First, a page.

(Card texts are from mtgnoobs, err… I mean mtgnews.com)


Echoing Courage – 1G

Instant (C)

Target creature and all other creatures with the same name as that creature get +2/+2 until end of turn.

Stand Together – 3GG

Instant (U)

Put two +1/+1 counters on target creature and another two on another target creature.

Test of Faith – 1W

Instant (U)

Prevent the next 3 damage that would be dealt to target creature this turn, and put a +1/+1 counter on

that creature for each 1 damage prevented this way.

Stir the Pride – 4W

Instant (U)

Choose one – Creatures you control get +2/+2 until end of turn; or, until end of turn, creatures you control gain”Whenever this creature deals damage, you gain that much life.”

Entwine 1W

Hey, now that I see the combat tricks together like that, I can see a nice wee cycle there. To avoid having these cards turn your board position into a bood blath, is to note when your opponent (who has between two to five mana open) sends a guy, or maybe even a bunch of guys into a fight that may or may not seem like good times for you. At least it’s only Green and White spells that can rain on your parade, eh? Well no, creature removal can turn things sticky too. If your slightly smaller guys gang up to put the hurt on some big fella, and one of your smaller chaps goes sniffing around your graveyard instead, not pulling his weight in regards to that bigger gent, well, the other smaller guy is gonna get pastered, isn’t he? The following cards could very well cause this kind of traumatic experience:

Purge – 1W

Instant (U)

Destroy target artifact creature or black creature. It can’t be regenerated.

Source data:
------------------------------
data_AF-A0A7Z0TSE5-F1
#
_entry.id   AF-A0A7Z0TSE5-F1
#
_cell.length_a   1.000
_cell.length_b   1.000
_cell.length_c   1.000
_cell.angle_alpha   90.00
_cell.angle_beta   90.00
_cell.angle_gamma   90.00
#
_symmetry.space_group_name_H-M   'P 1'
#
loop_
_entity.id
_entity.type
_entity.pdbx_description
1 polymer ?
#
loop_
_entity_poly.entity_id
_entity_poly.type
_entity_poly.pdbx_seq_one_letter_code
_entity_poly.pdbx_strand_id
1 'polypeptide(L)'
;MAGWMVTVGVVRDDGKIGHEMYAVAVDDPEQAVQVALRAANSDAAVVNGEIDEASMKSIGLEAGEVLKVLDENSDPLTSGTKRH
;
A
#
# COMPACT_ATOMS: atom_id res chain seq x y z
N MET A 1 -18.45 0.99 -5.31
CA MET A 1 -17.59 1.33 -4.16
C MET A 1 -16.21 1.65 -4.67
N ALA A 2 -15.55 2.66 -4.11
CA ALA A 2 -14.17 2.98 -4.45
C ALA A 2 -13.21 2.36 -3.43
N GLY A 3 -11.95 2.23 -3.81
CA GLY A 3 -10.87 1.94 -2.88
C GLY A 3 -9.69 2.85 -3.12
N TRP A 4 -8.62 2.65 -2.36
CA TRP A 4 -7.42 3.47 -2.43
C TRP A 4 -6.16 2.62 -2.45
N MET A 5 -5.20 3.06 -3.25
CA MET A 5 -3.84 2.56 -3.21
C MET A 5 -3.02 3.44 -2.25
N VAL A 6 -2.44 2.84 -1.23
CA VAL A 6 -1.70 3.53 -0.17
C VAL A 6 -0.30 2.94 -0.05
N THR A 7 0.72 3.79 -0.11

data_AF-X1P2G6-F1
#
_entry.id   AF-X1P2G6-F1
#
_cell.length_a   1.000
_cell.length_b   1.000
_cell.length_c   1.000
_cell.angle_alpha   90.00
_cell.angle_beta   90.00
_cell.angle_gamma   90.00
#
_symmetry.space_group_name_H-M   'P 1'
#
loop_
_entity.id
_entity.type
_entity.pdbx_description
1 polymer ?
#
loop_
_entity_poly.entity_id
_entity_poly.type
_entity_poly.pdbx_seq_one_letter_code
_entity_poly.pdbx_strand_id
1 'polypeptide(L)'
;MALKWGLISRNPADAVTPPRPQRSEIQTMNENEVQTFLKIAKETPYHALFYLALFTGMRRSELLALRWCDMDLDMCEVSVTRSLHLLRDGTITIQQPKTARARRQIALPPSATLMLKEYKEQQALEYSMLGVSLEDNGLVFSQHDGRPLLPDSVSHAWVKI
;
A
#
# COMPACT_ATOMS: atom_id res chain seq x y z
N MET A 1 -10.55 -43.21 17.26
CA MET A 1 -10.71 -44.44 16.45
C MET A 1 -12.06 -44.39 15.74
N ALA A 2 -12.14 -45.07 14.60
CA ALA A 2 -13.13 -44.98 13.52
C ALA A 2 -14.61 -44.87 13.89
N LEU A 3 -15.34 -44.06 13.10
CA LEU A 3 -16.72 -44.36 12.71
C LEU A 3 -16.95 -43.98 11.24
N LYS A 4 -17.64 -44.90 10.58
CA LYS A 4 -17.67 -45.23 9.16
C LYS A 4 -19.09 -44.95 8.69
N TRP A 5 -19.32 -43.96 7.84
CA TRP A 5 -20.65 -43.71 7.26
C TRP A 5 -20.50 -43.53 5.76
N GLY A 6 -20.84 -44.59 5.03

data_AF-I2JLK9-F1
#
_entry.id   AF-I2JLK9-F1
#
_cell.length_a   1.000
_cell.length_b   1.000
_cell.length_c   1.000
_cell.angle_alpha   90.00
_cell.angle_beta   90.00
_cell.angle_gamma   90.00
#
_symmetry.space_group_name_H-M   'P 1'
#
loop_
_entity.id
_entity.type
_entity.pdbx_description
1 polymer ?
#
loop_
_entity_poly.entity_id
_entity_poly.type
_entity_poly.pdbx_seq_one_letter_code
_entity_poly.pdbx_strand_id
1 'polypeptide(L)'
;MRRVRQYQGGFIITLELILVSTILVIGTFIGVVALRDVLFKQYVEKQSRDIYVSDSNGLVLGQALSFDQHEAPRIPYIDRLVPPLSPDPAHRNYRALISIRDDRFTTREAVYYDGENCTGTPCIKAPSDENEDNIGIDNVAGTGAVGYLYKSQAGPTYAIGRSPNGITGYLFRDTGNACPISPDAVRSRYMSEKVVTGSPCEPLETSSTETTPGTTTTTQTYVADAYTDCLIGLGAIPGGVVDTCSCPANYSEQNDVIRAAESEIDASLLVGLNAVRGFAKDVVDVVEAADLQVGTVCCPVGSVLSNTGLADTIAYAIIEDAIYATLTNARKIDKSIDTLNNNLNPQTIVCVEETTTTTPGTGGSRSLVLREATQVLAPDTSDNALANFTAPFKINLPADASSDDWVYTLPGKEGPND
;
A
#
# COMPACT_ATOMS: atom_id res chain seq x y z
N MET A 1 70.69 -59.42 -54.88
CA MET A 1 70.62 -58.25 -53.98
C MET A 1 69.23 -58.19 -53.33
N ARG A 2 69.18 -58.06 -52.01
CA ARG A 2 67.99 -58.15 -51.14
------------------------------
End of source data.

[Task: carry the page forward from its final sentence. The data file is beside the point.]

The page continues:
Barbed Lightning – 2R

Instant (C)

Choose one – Barbed Lightning deals 3 damage to target creature; or Barbed Lightning deals 3 damage to target player.

Entwine 2

Echoing Decay – 1B

Instant (C)

Target creature and all other creatures with the same name as that creature get -2/-2 until end of turn.

Pretty straight forward, but I think the following deserve special mention for their inherent ability to create card advantage out of thin air. A little like Soul Nova does, if you will.

Unforge – 2R

Instant (C)

Destroy target Equipment. If that Equipment was attached to a creature, Unforge deals 2 damage to that creature.

Murderous Spoils – 5B

Instant (U)

Destroy target non-black creature. It can’t be regenerated. You gain control of all equipment attached to it.

And while we’re on the subject of messing with their Equipment.

Oxidize – G

Instant (U)

Destroy target artifact. It can’t be regenerated.

Not dramatic, but effective. Think of a 5/5, swinging past your 3/3 without a care in the world. What a shame it would be, if all of a sudden, for one Green mana, that 5/5 was then only a 2/2? I suspect your 3/3 may have something to say about that, don’t you?

The next category I like to call the Falters, funnily enough, after the card;”Falter.” They generally make one person’s guys run past the other person’s guys, often ending stalemates with a prolonged period of shuffling and the starting of another game.

Nemesis Mask – 3

Artifact – Equipment (U)

All creatures able to block equipped creature do so.

Equip 3

Tanglewalker – 2G

Creature – Elf Shaman (U)

Creatures you control are unblockable as long as defending player controls an artifact land.


Metal Fatigue – 2W

Instant (C)